Ophthalmology Business

FEB 2013

Ophthalmology Business is focused on business topics relevant to the entrepreneurial ophthalmologist. It offers editorial, opinion, and practical tips for physicians running an ophthalmic practice. It is a companion publication of EyeWorld.

Issue link: http://digital.ophthalmologybusiness.org/i/108440

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Page 14 of 16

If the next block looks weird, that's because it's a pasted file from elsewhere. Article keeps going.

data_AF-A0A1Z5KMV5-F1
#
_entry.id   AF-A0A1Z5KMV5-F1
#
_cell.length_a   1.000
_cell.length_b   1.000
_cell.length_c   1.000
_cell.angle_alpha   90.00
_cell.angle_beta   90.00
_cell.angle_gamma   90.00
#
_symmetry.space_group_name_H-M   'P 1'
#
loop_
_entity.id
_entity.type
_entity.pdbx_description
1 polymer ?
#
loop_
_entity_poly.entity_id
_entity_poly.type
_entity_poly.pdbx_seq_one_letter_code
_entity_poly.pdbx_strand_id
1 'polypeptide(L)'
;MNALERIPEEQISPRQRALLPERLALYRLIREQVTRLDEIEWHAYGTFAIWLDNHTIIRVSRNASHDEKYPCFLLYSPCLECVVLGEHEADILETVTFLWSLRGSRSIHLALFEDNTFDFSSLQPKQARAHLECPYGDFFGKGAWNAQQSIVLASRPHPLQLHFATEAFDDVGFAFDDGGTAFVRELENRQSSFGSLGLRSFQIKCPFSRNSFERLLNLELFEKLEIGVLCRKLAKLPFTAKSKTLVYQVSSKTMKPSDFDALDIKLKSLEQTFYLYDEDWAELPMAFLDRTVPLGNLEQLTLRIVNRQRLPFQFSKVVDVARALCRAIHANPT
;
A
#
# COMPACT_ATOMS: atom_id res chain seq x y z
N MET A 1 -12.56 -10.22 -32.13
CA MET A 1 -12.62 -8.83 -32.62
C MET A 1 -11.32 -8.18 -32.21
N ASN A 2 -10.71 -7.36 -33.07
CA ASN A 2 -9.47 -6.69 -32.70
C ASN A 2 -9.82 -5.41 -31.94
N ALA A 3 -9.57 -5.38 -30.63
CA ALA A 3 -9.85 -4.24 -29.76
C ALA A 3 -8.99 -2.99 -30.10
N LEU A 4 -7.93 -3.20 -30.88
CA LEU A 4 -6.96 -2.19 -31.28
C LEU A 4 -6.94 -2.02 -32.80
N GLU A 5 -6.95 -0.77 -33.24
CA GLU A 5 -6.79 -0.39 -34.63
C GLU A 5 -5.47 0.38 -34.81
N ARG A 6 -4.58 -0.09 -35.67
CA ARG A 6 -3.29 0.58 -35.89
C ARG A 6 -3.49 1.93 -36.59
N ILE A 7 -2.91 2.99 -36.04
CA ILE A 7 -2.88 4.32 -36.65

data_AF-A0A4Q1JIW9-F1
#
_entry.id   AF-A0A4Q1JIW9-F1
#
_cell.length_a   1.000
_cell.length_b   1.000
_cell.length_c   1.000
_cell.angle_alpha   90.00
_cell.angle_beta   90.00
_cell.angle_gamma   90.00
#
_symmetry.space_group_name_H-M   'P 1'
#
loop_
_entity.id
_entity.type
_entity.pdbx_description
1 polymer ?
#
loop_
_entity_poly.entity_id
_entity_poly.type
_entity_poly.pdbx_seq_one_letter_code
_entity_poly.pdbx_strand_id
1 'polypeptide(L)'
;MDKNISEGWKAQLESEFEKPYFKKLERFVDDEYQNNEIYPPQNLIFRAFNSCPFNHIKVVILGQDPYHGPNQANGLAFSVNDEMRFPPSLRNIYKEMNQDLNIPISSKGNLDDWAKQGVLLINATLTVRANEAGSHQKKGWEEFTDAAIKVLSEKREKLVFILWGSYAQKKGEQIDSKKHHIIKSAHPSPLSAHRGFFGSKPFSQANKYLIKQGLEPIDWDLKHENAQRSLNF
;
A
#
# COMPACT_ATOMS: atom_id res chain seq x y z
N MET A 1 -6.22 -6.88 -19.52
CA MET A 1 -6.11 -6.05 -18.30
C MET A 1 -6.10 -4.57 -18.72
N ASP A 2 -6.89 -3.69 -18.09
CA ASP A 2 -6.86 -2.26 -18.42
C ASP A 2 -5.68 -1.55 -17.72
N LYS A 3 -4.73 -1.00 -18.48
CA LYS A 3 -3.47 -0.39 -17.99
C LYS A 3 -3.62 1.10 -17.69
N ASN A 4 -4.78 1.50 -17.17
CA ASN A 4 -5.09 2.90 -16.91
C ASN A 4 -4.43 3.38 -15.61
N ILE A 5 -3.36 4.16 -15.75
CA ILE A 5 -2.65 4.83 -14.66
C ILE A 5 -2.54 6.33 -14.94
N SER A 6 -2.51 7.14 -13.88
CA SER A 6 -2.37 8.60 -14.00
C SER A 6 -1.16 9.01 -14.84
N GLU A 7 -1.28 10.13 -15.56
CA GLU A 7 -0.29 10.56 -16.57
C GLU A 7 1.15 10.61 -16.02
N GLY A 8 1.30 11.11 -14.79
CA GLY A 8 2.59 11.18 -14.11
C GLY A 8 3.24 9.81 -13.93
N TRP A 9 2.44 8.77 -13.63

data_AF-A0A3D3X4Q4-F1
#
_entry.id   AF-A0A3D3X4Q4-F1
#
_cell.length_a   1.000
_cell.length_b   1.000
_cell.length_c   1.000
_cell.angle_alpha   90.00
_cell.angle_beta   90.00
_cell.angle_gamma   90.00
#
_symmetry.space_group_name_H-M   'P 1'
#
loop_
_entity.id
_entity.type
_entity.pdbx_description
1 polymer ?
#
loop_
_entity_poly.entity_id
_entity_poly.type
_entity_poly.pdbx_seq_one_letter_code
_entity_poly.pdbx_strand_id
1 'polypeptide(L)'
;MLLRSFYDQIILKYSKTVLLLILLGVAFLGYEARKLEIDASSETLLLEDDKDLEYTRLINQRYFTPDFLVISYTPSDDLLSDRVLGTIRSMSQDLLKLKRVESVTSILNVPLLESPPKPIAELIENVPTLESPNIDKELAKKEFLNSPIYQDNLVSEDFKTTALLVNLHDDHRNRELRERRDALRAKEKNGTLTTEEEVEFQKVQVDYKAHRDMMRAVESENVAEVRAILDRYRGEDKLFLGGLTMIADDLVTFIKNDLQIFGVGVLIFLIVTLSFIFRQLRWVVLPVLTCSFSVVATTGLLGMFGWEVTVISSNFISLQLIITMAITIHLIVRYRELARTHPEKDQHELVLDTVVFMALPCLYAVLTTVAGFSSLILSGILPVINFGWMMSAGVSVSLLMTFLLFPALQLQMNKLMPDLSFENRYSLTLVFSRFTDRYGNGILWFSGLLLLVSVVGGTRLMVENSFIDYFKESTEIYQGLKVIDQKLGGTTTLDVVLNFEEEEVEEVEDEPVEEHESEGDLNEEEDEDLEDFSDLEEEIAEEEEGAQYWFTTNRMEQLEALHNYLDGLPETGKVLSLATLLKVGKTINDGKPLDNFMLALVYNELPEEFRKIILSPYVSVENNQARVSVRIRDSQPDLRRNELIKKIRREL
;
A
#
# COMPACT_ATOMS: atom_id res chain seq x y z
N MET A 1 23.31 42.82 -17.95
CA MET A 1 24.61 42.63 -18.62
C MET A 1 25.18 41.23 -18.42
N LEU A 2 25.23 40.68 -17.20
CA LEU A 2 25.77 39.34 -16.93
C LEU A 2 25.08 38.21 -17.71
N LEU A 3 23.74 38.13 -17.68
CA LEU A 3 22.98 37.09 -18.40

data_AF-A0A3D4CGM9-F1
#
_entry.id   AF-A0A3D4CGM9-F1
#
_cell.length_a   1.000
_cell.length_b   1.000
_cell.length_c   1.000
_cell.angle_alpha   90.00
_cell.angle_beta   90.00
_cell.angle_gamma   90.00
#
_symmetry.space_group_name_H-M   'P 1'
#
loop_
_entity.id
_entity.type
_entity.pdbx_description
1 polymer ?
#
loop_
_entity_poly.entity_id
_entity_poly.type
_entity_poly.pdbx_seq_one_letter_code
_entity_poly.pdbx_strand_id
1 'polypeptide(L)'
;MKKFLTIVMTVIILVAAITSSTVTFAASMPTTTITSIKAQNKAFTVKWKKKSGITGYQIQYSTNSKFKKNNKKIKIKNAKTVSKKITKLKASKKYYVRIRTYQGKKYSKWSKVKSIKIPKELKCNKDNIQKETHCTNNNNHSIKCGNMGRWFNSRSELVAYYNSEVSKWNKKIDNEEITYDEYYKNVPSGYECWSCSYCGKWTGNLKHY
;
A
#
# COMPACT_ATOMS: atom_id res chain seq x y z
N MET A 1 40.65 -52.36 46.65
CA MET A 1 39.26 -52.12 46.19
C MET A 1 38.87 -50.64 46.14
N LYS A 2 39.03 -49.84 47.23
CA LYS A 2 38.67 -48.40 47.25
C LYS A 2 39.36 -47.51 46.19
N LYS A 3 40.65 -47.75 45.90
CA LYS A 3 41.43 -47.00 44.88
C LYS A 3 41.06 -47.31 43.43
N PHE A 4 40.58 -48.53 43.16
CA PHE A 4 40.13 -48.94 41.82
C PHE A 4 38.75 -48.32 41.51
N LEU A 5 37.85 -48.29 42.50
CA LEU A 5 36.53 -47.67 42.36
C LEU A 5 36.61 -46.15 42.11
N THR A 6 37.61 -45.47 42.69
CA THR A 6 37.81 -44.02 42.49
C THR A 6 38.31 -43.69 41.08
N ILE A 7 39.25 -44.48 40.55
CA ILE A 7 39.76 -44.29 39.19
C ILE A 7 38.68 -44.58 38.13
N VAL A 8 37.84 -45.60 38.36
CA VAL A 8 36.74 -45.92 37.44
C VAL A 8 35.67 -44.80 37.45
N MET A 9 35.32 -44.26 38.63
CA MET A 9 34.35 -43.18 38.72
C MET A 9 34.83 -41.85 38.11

Basics of strategic business planning In virtually every type of business endeavor, the strategic business plan is the business's blueprint for success. It is a fact of business life, in practically every business in the country, except, it appears, among ophthalmology and other medical practices. Most ophthalmologists fail to realize or refuse to recognize that their ophthalmology practice is a business, in competition not only with other, similar ophthalmology practices, but also any other large medical practice or hospital capable of developing its own ophthalmology practice. Simply put, ophthalmology practices that are run like businesses are those that will achieve the most success in this shifting, increasingly changing healthcare business environment. Planning is vital. You must treat your practice as if it were a business. Poor business planning is one main reason businesses and practices fail or are forced to enter into ultimately poor arrangements. Your plan should see into the future. You may not be able to predict specific events, but you should be able to spot trends and prepare for multiple eventualities. Then, when it becomes clear which eventuality will become an actuality, you can make the necessary adjustment without needing to perform a comprehensive analysis, seek funding, and implement change. Preparation is key to a speedy response. If it takes you too long to adjust to a situation, chances are that by the time you do make your move, the situation will have altered, perhaps substantially. Five-step strategic business plan 1. Analysis: Assess your practice and its environment. Determine, for example, your patient, referral, and payer demographics, the prof- itability of your services, and your hours of operation. Identify and study your competitors, area hospitals, area ACOs (existing or expected), and the managed care plans in your region. Find out how the practice patterns and standards have changed. Identify current and potential allies, partners, and referrers. 2. Goal formation: Formalize your personal and practice goals for the immediate and long-range future. Discuss these issues with your partners, if you have them; form a consensus on each point. Appropriate matters to discuss include expansion, downsizing, cost control, merger and affiliation options, revenue expansion, income division, services offered, geographic coverage, satellite offices, ancillary services, and practice management, guidance, and autonomy issues. 3. Development: Determine the best way to get from where you are now to where you want to be. Plan for the next year, three years, five years, and beyond. Make sure your plan is a written document, so nothing slips through the cracks or becomes uncertain over time. Start with a vision statement defining what you want your practice to become and how to make it so. Budget every step, including financing options. 4. Implementation: Do it. Ophthalmologists who just file away their strategic business plan almost always become sorely disappointed and confused, as they cannot understand what went wrong. Typically, the answer is simple: Even the best plan will fail if it is executed poorly or not at all. 5. Monitoring and adjustment: The healthcare environment is shifting rapidly; shift with it. Periodically evaluate your plan to make sure it is working well. If you are not fulfilling your goals, find out what is wrong and fix it. If your local market changes, adjust your plan immediately. At least annually, formally measure the plan's perform- ance relative to steps 1-4. If the plan is not working, make the necessary adjustments. The above five steps give you a basic idea of the strategic business plan process. Remember to tailor your plan to your specific needs, practice, environment, and goals. If this is your first experience with a strategic business plan, it probably will be necessary to have a professional guide you through the development and implementation of your plan. Summary Even if you have no grand and glorious plans for your practice, you should still have a strategic business plan to help you achieve smaller victories and more modest goals more easily and efficiently than you would have otherwise, if at all. Make sure that you devise a plan that reflects the consensus of your partners, is comprehensive, includes funding options, is flexible, and is implemented. Monitor and adjust it as necessary. Remember that, all things considered, if you fail to draw up and implement your own strategic business plan, chances are that some other entity will make your practice part of its own plan. In the final analysis, you and your partners can choose to establish and do your best to achieve your own goals, or you may find yourselves working toward achieving someone else's. OB Editors' note: Mr. Kropiewnicki is a principal attorney with Health Care Law Associates, P.C., and a principal consultant with The Health Care Group Inc., both based in Plymouth Meeting, Pa. Contact information Kropiewnicki: 610-828-3888, mkrop@healthcaregroup.com February 2013 • Ophthalmology Business eZine 15

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